Despite its massive worldwide success, Despicable Me has been a franchise desperate to find balance after its initial film. Despicable Me 2 disregarded the “family is what you make it” message of the original, and Minions decided to just give the damn kids what they want: more unintelligible yellow creatures obsessed with bananas. With the fourth film in what should be marketed as the “Minioniverse,” Despicable Me 3 tries to push itself further that before and give plots to all its various characters, while by the end providing a film with even less substance than a Minion banana.
Despicable Me 3 comes together like a series of shorts, all ridiculous and lacking any real narrative purpose. Gru (Steve Carell) and his new wife Lucy (Kristen Wiig) are fired from their job at the Anti-Villain League, after failing to capture the 80s-loving villain Balthazar Bratt (Trey Parker). The AVL is under new management by a no-nonsense boss Valerie Da Vinci (Jenny Slate), who shows up to fire the newlyweds and then disappears from the rest of the film, setting up a plot that for the most part completely ends at soon as it starts.
Jobless and uncertain about his next move, Gru is contacted by his long-lost twin brother Dru (also voiced by Carell), and is invited to his luxurious mansion in Freedonia (yes, the same country from the Marx brother’s Duck Soup), where Dru tries to convince Gru to go back to his villainous ways. Meanwhile, Lucy is trying to become more like a mother to Gru’s three daughters, while their youngest daughter Agnes (Nev Scharrel) is convinced that the lands of Freedonia are home to a unicorn that she is dedicated to finding.
Oh and the Minions you ask? All but two quit, once they come to the realization that Gru has no plans to return to a life of crime, then almost immediately are sent to jail. As they should be for their crimes against humanity.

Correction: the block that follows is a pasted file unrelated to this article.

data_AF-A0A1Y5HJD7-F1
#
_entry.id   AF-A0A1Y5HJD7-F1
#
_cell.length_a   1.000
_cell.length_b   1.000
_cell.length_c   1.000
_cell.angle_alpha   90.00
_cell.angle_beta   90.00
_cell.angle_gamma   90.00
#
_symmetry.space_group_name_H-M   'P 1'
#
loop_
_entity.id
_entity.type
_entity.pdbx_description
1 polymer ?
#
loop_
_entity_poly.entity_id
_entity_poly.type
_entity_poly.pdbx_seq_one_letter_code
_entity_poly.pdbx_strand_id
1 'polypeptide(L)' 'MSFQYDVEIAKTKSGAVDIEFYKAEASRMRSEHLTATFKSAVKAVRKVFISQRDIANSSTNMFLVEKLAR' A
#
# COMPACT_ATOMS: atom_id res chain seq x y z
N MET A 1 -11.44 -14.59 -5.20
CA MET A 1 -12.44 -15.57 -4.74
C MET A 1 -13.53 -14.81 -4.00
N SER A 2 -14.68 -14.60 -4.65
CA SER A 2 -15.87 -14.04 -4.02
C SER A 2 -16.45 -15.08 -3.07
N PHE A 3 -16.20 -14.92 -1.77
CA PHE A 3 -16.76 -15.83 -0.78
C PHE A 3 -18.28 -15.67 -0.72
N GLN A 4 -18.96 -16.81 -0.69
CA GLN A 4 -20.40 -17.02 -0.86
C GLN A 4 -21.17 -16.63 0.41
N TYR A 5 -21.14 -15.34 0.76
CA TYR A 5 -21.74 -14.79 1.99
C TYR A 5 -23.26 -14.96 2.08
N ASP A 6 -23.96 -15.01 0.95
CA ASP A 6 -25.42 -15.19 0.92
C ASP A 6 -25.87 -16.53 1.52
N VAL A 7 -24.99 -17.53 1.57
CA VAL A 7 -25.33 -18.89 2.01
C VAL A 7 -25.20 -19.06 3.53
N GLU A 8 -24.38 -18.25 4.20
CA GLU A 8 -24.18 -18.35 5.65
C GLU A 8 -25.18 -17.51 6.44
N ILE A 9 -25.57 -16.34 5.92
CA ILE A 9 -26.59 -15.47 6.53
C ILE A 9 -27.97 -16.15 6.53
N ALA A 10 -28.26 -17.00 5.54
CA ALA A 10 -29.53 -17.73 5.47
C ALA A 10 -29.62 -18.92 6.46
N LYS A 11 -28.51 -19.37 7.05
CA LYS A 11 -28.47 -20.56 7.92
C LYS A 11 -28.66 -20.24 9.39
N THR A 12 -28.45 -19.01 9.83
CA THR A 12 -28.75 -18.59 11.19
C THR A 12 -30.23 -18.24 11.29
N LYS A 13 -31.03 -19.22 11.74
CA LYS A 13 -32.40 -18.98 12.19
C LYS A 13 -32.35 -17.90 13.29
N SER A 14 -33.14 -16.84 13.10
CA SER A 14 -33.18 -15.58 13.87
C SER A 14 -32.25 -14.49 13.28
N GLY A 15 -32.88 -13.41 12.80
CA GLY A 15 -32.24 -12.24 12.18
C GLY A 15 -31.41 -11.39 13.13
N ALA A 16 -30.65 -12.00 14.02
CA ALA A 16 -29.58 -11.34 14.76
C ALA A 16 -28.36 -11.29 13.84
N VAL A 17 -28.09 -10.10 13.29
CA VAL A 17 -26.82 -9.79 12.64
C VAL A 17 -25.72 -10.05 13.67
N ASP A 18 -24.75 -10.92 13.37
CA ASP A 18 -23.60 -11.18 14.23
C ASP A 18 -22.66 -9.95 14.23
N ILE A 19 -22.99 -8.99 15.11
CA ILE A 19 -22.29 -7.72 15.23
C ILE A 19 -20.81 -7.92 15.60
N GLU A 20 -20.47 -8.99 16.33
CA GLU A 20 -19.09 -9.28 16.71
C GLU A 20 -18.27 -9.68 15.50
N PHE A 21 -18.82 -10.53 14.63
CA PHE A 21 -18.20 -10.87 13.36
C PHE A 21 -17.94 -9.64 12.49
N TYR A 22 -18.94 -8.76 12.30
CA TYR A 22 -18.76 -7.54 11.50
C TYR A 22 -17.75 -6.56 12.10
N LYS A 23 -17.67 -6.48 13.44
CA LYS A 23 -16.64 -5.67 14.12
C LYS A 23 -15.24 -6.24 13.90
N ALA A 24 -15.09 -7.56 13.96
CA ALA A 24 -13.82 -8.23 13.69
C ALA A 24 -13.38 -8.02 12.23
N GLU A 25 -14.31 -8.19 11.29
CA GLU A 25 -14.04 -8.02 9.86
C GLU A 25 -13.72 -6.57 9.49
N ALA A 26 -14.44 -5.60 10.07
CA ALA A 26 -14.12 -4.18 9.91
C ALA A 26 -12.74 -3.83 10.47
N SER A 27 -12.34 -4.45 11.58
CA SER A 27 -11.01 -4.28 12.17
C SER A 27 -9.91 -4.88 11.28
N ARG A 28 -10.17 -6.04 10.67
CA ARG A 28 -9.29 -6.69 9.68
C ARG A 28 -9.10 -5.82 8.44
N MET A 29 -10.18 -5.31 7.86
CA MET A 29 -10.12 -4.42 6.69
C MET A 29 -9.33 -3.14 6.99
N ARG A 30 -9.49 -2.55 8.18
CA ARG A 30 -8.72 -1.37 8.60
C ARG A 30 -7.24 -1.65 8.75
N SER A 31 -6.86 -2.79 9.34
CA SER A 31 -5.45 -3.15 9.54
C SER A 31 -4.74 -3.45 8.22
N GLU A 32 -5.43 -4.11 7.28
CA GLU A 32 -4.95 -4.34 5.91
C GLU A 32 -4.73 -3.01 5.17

Despicable Me 3’s greatest prospect is Parker’s Balthazar Bratt, an 80s child star, whose show was cancelled once he hit puberty. Now believing himself to be his TV character’s evil persona, he uses his love of the 80s to become a master criminal. Brett’s arsenal includes self-inflating bubble gum, a powerful keytar, and an army of toys created in his image, appropriately named “The Bratt Pack.”
Bratt is emblematic of many of Despicable Me 3’s ideas, in that if done well, it could be something worthwhile and fun. But as with almost everything in Despicable Me 3, the film goes for the easy jokes and doesn’t strive to do anything fantastic with the material. Bratt is exactly the one-note character that you’d expect him to be, right down to literally moonwalking his way through his crimes. Considering he’s essentially a child commodity that was bought/sold and spit out by Hollywood, Despicable Me 3 could have at least commented on that. Instead, Bratt simply goes to Hollywood with the intent to destroy it. Even Parker is wasted, playing the rare part he himself did not write for himself, so he comes off like it’s a role that could’ve been taken on by anyone.
But also consider, who the hell is Bratt even for? The only humor kids will likely get from Bratt is that he looks silly, sporting the trifecta of flat top, bald spot, and mullet. For the adults in the audience, the nostalgia Bratt presents is just a reminder of the past, and not actually doing anything interesting with it.
Despicable Me 3 simply doesn’t try. There are references to Pixar films and the aforementioned Marx brothers, but they’re referenced and that’s the joke. Written by Cinco Paul and Ken Daurio, who have been with the franchise since the beginning, Despicable Me 3 is almost like these two realized no matter what they write, kids are going to lap it up, therefore they go for the bare minimum.
What made this franchise work in the first installment was a combination of anti-hero weirdness that wasn’t overwhelming, the Minions, and a huge amount of heart. Despicable Me didn’t always come together, but its strengths were greater than its weaknesses and made for an impressively sweet story. But Despicable Me 3 strains itself too much with various middling stories, a lack of humor, and no cohesion that brings its characters together in a fulfilling way. Despicable Me 3 still has all the elements that were there in the original. It just can’t figure out how to combine them with real ideas, then just settle for good enough.